At the other end are ultra-processed foods. These are prepared foods that contain salt, sugar, and additional unhealthy fats, but also many substances not usually used in home cooking.  These substances can be artificial flavors, colors, emulsifiers or other additives. Did you know that those artificial things are often prohibited in European countries because of their side effects?

    Examples of ultra-processed foods are soft drinks, desserts, ice cream, cereals, pizzas, cookies, pies, and even some yogurts! 

    You can try to cook from scratch so you can avoid added sugars. You don’t have to prepare extravagant meals. Use simple tricks such as marinating meat and fish in herbs, spices, and olive oil for delicious results!  When baking, consider using honey instead of the usual white sugar, just decrease the amount of sugar by half to substitute the honey.

     

    5. Be careful with so-called “healthy” processed snack foods

    Most people know that candy and cookies contain a lot of sugar so that they may look for “healthy” snack alternatives.  Surprisingly, snacks like granola bars, protein bars, and dried fruit can contain as much, if not more, sugar than their unhealthy rivals, such as chocolate bars.

    Or you can try these healthy snack ideas instead:

    • A handful of nuts – it’s packed with useful calories, protein, and healthy fats.  In act, everyone should have one handful of nuts every day.
    • Trail mix- you can make sure it’s just nuts and dried fruit, without added sugar.
    • No-added-sugar jerky- full of protein and low in calories.
    • Hard-boiled egg – this superfood is high in protein, vitamins, and minerals.
    • Fresh fruit – contains natural sugar to satisfy your sugar cravings.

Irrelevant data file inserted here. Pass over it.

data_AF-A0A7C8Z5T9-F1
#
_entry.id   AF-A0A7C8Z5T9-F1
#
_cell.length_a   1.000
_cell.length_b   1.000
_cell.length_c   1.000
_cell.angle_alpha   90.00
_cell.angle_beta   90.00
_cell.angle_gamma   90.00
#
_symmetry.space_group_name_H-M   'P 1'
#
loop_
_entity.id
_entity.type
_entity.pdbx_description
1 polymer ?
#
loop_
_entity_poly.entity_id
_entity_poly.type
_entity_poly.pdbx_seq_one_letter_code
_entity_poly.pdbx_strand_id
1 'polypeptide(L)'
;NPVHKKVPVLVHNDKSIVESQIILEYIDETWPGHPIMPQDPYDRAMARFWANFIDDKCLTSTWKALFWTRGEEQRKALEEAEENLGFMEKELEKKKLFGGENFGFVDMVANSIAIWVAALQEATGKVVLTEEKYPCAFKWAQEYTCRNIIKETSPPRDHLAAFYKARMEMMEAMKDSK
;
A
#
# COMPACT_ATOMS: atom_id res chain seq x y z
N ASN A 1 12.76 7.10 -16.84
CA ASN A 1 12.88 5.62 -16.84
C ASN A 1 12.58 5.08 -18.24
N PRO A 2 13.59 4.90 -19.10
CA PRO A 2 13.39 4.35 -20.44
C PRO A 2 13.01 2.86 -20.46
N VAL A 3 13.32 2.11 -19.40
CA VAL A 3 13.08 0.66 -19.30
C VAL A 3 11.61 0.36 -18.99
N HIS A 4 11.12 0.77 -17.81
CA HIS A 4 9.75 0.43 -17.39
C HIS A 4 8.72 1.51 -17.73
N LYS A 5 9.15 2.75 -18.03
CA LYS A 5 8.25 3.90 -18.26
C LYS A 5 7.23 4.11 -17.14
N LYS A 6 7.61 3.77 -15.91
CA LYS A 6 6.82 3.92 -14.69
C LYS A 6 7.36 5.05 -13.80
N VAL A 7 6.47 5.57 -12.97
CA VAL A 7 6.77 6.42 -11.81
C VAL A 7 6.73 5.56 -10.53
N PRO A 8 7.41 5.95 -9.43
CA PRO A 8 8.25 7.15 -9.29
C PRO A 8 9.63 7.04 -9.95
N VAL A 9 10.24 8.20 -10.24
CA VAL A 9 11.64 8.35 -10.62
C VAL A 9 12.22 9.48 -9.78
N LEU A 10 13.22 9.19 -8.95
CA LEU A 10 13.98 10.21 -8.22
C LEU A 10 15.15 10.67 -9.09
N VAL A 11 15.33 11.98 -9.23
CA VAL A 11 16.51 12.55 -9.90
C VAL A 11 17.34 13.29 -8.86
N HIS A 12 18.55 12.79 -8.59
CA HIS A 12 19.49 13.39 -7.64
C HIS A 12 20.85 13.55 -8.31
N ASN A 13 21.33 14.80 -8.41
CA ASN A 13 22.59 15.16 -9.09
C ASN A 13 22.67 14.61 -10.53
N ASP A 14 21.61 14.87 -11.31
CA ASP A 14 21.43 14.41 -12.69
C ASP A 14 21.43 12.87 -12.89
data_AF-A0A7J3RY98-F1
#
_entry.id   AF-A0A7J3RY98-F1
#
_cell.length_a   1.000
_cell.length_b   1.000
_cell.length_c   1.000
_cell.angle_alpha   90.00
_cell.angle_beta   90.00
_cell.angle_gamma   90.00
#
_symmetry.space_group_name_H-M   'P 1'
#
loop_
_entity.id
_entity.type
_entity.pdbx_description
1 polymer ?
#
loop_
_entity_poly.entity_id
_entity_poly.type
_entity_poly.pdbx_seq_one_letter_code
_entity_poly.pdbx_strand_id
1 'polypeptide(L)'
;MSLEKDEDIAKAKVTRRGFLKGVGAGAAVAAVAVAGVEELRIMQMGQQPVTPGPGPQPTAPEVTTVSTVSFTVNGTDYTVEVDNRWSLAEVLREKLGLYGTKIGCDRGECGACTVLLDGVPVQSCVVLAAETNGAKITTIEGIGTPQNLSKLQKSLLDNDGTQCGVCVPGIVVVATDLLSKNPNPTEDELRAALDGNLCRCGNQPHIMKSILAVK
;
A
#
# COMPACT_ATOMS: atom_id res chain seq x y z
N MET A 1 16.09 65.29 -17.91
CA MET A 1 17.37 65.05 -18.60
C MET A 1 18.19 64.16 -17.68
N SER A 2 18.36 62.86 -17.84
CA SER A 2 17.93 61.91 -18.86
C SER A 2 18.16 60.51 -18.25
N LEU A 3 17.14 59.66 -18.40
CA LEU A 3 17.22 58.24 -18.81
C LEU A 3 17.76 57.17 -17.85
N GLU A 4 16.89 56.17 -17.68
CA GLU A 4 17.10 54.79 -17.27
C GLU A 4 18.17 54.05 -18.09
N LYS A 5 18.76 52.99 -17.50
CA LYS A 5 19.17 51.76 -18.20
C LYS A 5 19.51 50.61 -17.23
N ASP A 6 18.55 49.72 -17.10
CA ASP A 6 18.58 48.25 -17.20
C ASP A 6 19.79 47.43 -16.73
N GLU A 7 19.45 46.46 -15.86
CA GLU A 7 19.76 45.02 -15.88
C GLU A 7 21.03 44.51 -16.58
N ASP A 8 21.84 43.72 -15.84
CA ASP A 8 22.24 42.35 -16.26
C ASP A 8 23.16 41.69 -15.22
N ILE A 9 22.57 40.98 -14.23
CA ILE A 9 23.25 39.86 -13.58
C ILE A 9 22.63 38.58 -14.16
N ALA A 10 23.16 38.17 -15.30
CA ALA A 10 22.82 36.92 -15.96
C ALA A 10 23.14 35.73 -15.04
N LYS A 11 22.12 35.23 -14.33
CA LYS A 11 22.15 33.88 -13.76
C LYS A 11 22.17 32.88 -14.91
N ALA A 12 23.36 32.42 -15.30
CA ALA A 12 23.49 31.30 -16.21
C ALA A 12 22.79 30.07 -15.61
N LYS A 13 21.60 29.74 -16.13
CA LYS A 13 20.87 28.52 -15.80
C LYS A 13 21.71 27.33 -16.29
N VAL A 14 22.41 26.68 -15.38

Don’t be fooled by those “healthy” marketing messages on some snacks, read their labels!  Instead, be prepared to take low-sugar snacks with you when you’re on the go.

     

    6. Eat more protein and fat

    A massive amount of sugar intake is linked to increased appetite and weight gain.  A diet low in added sugar but high in protein and fat has the opposite effect, reducing hunger and even lowering your food intake. Added sugars in your diet, especially fructose or sucrose, increase your appetite, creating insatiable cravings for sweet things. Then the signals that usually let your brain know that you are full do not work correctly, causing you to overeat, suffer digestive problems, and gain weight.

    On the other hand, protein has been proven to reduce appetite and hunger. If you feel full, then you are less likely to crave the quick hunger fix that sugar provides.  Did you know that is one reason to eat a good breakfast in the morning? A healthy protein-rich breakfast will help you to feel full longer. A study showed that increasing protein in your daily diet by just  25% could decrease your sweet cravings by as much as 60%.

    Healthy fats contribute to your energy levels because they contain approximately nine calories per gram, compared to 4 calories per gram of protein or carbs. According to the fat content of food, fat receptors in the mouth and gut alter the way it’s digested. High fat intake is also associated with a reduced appetite.

     

    To curb sugar cravings, stock up on protein and fat-rich whole foods, such as meat, fish, eggs, full-fat dairy products, avocados, and nuts.

    Overindulgence of sugar in your diet can be incredibly harmful, and it is linked to many chronic diseases, including cancer, type 2 diabetes, heart disease and obesity.

    It is essential to avoid adding sugars to your diet, drinks, and foods such as carbonated beverages or soda pop, candies, and certain desserts. However, you need to also watch for hidden sugars in common processed foods, including condiments like catsup and mustard, sauces, low-fat meals, and so-called “healthy” snacks.

    To be healthy, you need to be in control of your sugar intake and avoid consuming excessive amounts of it, instead choose a diet based on whole-grain foods, rather than highly processed substitutes.

    After removing those unhealthy foods from your kitchen that can cause high sugar spikes, you should notice that you feel more energetic and less stressed.   While you spend more time in the kitchen, you might find that you could still use a little help keeping your house clean. If so, consider hiring a professional to assist you with your cleaning needs so you enjoy your new profound, healthier lifestyle!